National Labor Relations Board

The National Labor Relations Board (NLRB) is a federal administrative agency created by the National Labor Relations Act (Wagner Act) on July 5, 1935. The purpose of its creation was to govern the relations between labor unions and employers in the private sector involved in interstate commerce. Specifically, the act was created to protect the existence of labor unions, to promote collective bargaining, and to ensure employees could decide whether they want to participate. Critics claimed that the act was unconstitutional because it violated the right to contract, injured the property of employers, and denied employers due process of law. Nevertheless, the Supreme Court upheld the constitutionality of the act and the board itself on April 12, 1937 in National Labor Relations Board v. Jones and Laughlin Steel Corporation. The act and the NLRB protected the civil liberties rights of workers by protecting their free speech rights to picket and strike, and their rights of freedom of association to join unions.

The NLRB is made up of three members who are appointed by the president with the advice and consent of the Senate for five-year terms. Separate from the board is the general gounsel, who is also appointed by the president with the advice and consent of the Senate, but only for four years. Primarily, the general counsel is responsible for the investigation and prosecution of violations of the National Labor Relations Act, such as unfair labor practices cases.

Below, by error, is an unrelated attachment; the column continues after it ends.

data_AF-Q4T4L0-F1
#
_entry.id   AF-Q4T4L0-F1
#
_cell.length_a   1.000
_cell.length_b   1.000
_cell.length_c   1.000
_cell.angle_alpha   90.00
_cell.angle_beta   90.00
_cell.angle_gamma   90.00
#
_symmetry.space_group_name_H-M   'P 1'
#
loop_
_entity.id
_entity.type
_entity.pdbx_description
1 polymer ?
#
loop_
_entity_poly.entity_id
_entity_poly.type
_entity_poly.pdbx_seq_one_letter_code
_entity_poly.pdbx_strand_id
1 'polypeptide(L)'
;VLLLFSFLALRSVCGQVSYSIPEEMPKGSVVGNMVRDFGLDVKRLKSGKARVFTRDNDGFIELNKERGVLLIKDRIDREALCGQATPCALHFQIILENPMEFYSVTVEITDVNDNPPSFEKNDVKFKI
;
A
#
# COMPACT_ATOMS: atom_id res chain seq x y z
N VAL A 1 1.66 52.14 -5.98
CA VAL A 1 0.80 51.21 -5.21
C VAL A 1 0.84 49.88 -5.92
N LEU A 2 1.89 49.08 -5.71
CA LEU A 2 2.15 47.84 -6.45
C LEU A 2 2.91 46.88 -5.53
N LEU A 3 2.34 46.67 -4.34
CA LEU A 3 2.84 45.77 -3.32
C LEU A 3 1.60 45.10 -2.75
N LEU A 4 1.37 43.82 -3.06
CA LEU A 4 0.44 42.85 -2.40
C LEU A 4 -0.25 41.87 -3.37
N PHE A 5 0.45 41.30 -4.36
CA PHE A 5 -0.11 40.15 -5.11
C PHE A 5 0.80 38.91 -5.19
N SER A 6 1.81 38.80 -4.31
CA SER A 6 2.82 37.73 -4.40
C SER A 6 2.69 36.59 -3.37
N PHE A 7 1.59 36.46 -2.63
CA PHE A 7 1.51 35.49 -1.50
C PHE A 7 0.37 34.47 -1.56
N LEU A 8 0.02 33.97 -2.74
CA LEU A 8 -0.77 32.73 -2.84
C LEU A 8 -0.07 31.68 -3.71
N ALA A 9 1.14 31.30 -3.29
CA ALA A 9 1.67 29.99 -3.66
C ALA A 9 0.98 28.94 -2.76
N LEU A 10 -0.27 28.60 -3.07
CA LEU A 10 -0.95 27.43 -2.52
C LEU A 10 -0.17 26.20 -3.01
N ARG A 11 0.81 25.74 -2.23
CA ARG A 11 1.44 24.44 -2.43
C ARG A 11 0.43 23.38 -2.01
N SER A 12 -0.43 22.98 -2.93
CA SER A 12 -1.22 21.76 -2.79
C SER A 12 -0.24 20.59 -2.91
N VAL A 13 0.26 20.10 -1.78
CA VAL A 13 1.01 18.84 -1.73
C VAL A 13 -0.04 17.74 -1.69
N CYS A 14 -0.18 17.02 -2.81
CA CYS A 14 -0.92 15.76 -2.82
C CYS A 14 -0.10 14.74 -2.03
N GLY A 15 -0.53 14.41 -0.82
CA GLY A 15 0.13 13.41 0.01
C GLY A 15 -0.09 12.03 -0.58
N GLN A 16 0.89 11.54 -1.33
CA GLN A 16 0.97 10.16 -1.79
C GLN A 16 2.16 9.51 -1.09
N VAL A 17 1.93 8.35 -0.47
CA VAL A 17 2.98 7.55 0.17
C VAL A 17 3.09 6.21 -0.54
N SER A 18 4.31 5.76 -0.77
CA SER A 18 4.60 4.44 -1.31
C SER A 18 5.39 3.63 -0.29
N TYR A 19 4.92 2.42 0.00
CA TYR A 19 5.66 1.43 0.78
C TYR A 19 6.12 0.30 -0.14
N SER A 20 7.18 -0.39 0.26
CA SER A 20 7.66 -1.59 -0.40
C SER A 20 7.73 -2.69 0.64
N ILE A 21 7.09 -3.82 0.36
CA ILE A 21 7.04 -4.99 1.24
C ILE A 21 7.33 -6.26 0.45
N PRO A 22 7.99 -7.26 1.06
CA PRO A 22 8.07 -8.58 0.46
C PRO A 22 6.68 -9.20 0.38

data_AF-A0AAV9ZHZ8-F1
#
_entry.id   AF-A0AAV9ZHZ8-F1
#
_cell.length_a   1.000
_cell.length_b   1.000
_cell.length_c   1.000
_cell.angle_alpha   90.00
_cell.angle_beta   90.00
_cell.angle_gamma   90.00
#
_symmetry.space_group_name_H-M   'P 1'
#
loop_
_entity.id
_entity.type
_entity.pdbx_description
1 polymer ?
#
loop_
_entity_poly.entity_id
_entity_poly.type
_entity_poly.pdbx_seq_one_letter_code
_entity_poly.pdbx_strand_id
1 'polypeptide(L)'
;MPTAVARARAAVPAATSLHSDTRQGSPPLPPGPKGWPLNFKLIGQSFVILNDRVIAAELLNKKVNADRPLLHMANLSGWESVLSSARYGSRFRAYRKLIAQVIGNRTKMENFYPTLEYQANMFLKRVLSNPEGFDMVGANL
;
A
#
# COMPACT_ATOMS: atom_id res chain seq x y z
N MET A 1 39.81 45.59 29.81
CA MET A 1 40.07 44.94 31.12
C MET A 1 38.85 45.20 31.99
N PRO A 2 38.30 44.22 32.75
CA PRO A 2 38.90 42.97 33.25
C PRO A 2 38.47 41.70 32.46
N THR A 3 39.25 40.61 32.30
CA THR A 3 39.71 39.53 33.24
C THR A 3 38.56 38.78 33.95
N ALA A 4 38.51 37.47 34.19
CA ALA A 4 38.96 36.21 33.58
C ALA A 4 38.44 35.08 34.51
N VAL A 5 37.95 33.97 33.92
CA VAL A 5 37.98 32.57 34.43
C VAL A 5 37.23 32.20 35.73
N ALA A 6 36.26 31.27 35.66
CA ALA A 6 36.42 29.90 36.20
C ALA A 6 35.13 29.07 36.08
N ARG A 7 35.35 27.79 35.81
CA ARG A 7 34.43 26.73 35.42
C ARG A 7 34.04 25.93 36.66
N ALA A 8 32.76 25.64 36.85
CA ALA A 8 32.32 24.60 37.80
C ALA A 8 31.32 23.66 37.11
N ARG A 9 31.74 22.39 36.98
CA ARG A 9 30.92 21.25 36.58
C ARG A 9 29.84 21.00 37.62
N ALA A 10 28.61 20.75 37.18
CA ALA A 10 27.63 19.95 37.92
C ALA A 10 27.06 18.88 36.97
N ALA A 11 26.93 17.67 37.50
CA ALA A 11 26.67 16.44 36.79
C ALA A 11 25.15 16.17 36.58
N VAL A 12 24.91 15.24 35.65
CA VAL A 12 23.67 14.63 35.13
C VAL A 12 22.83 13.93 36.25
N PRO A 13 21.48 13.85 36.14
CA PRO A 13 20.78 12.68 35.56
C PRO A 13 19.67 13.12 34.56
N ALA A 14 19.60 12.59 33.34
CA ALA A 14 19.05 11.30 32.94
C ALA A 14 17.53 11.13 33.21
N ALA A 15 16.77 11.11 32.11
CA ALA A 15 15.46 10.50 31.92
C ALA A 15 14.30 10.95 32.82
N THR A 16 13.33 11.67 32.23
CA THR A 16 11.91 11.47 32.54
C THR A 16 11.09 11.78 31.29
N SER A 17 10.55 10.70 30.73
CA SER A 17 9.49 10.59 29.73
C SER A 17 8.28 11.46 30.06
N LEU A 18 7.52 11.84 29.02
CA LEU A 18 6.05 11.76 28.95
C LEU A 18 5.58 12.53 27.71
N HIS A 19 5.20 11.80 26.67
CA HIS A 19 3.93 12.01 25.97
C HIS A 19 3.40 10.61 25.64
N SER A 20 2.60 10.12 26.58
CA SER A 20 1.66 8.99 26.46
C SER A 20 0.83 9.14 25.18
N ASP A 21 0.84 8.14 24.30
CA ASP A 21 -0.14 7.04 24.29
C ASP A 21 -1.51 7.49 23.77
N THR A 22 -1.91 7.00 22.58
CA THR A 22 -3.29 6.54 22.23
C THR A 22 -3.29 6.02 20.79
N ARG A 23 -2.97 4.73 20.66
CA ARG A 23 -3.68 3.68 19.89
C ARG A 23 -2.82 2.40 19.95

The NLRB has two primary functions. First, the ‘‘honest ballot association’’ allows an employee to decide by secret ballot vote whether they want to be represented by a union, and if so, by which union. Second, the NLRB acts as a public law enforcer. Only the board, not employees, employers, or unions can enforce the laws established by the National Labor Relations Act. The board investigates actions or allegations of unfair business practices entered by any of the three parties, employers, employees, and unions. Remedies can be imposed by the NLRB to cease the unfair labor practice. If the actions continue, further civil or criminal penalties may be invoked.

CAROL WALKER

References and Further Reading
  • Boyce, Timothy, and Ronald Turner. Fair Representation, the NLRB, and the Courts. Philadelphia: University of Pennsylvania, 1984.
  • Johnson, Julia. The National Labor Relations Act. New York: H.W. Wilson Company, 1940.
  • Miller, Edward. An Administrative Appraisal of the NLRB. Philadelphia: University of Pennsylvania, 1981.
  • Tomlins, Christopher L. The State and the Unions: Labor Relations, Law, and the Organized Labor Movement in America, 1880–1960. New York: Cambridge University Press, 1985.

Cases and Statutes Cited

  • National Labor Relations Board v. Jones and Laughlin Steel Corporation, 301 U.S. 1 (1937)

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